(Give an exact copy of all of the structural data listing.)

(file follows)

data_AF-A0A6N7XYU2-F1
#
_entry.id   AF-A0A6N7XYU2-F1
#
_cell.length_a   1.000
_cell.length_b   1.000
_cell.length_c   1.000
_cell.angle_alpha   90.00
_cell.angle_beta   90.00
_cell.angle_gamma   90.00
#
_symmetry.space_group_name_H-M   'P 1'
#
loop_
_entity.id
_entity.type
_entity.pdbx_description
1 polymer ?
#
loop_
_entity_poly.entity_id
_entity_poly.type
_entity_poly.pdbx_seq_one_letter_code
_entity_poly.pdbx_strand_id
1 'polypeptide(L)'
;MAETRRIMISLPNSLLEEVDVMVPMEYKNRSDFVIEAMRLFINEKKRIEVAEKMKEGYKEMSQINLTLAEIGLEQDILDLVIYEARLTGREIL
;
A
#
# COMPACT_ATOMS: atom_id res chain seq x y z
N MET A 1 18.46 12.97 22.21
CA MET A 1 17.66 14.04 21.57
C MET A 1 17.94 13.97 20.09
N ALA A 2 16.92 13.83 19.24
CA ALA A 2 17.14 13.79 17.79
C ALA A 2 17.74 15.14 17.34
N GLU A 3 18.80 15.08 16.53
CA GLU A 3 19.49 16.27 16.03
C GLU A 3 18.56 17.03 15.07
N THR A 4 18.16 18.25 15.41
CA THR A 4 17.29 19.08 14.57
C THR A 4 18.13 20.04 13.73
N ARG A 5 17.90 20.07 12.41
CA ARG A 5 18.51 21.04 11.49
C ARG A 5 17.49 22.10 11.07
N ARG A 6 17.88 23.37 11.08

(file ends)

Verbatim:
data_AF-A0A6N7XYU2-F1
#
_entry.id   AF-A0A6N7XYU2-F1
#
_cell.length_a   1.000
_cell.length_b   1.000
_cell.length_c   1.000
_cell.angle_alpha   90.00
_cell.angle_beta   90.00
_cell.angle_gamma   90.00
#
_symmetry.space_group_name_H-M   'P 1'
#
loop_
_entity.id
_entity.type
_entity.pdbx_description
1 polymer ?
#
loop_
_entity_poly.entity_id
_entity_poly.type
_entity_poly.pdbx_seq_one_letter_code
_entity_poly.pdbx_strand_id
1 'polypeptide(L)'
;MAETRRIMISLPNSLLEEVDVMVPMEYKNRSDFVIEAMRLFINEKKRIEVAEKMKEGYKEMSQINLTLAEIGLEQDILDLVIYEARLTGREIL
;
A
#
# COMPACT_ATOMS: atom_id res chain seq x y z
N MET A 1 18.46 12.97 22.21
CA MET A 1 17.66 14.04 21.57
C MET A 1 17.94 13.97 20.09
N ALA A 2 16.92 13.83 19.24
CA ALA A 2 17.14 13.79 17.79
C ALA A 2 17.74 15.14 17.34
N GLU A 3 18.80 15.08 16.53
CA GLU A 3 19.49 16.27 16.03
C GLU A 3 18.56 17.03 15.07
N THR A 4 18.16 18.25 15.41
CA THR A 4 17.29 19.08 14.57
C THR A 4 18.13 20.04 13.73
N ARG A 5 17.90 20.07 12.41
CA ARG A 5 18.51 21.04 11.49
C ARG A 5 17.49 22.10 11.07
N ARG A 6 17.88 23.37 11.08